It's not hard to find out how much money publicly traded companies make, as they're required to publicly disclose their financial statements. The same requirements don't apply to privately held companies, so it’s difficult for anyone other than company insiders or privileged individuals to find out how much money a private company earns. Anyone can access the financial statements of public companies via the U.S. Securities and Exchange Commission’s Electronic Data Gathering, Analysis and Retrieval online filing system, better known as EDGAR.
Search a company’s name or ticker symbol in the EDGAR database. This is where you can find a publicly traded company’s financial statements for the current and previous reporting periods. A number of filings associated with the company you’re researching might show up, because the company might have subsidiaries, each of which files separately. You have to scroll through the list of company filings until you find the main corporation you’re looking for.
Open and review the corporation’s most recent 10-Q report if you want to see how much money a company made during the past quarter. Although the information in this report only encompasses three months, it does show how much money the company is making or is going to make for the annual period. The 10-Q report has a variety of management assertions about the state of the business, a complete set of financial statements and supplementary financial information.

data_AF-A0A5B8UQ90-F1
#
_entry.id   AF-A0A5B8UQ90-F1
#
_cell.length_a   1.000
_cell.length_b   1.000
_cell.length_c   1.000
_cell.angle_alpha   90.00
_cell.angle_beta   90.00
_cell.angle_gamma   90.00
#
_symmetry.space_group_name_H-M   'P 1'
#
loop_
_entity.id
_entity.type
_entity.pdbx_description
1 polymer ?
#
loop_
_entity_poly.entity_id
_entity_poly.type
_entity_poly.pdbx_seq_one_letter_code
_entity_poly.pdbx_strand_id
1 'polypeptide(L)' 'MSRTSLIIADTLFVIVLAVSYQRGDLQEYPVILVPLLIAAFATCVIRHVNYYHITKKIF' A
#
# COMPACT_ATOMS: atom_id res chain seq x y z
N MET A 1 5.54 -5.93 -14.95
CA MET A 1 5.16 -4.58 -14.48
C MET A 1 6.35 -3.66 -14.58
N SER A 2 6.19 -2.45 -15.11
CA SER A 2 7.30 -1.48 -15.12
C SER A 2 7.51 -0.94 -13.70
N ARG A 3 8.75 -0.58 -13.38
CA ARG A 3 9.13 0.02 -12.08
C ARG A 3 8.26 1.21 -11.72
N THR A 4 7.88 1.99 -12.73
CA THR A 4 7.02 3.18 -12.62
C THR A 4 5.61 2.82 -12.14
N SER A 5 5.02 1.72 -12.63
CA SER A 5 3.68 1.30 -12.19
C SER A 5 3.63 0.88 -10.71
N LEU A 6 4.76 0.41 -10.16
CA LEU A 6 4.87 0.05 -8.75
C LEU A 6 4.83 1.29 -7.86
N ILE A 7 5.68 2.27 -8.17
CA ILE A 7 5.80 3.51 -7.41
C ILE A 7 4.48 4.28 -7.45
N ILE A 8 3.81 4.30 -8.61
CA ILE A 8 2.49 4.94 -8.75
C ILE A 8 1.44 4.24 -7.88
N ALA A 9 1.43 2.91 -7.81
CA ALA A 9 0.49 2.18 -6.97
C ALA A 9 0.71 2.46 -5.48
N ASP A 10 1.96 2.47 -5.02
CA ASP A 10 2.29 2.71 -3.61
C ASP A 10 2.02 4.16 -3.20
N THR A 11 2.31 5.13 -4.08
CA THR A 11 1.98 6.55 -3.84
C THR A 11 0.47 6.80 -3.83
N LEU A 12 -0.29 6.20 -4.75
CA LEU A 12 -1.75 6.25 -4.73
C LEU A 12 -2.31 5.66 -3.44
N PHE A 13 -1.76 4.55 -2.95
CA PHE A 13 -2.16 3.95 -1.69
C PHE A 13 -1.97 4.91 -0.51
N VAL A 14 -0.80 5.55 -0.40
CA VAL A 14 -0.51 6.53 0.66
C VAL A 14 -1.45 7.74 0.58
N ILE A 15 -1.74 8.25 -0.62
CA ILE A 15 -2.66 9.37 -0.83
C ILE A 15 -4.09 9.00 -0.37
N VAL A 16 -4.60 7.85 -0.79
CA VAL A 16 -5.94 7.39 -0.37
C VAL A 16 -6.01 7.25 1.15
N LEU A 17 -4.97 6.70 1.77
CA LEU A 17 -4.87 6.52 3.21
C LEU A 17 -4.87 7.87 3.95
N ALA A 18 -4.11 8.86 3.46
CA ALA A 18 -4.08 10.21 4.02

Open and review the most recent 10-K report, which is the annual report that details the financial performance of a company. It also contains a management discussion and analysis section that outlines management’s opinions about the future of the company and the state of ongoing operations. In this report, you can find a detailed income statement showing how much money the company made. You can also break down how much money was made by different business units or operating segments, making it easier to gauge the company’s performance.
Scroll through the interactive-data feature that lets you manipulate various types of financial information and schedules. This allows you to evaluate the income statement for the current period, along with other important statements and schedules showing the performance of the company. You can browse financial statements simply by clicking on the reports you’re after. The same data are in the 10-K report, but they are dispersed and harder to scroll through.
Joseph DeBenedetti is a financial writer with corporate accounting and quality assurance experience. He writes extensively online with an emphasis on current trends in finance. As a Quality Assurance Analyst, he honed his technical writing skills creating standard operating instructions for a consumer finance organization.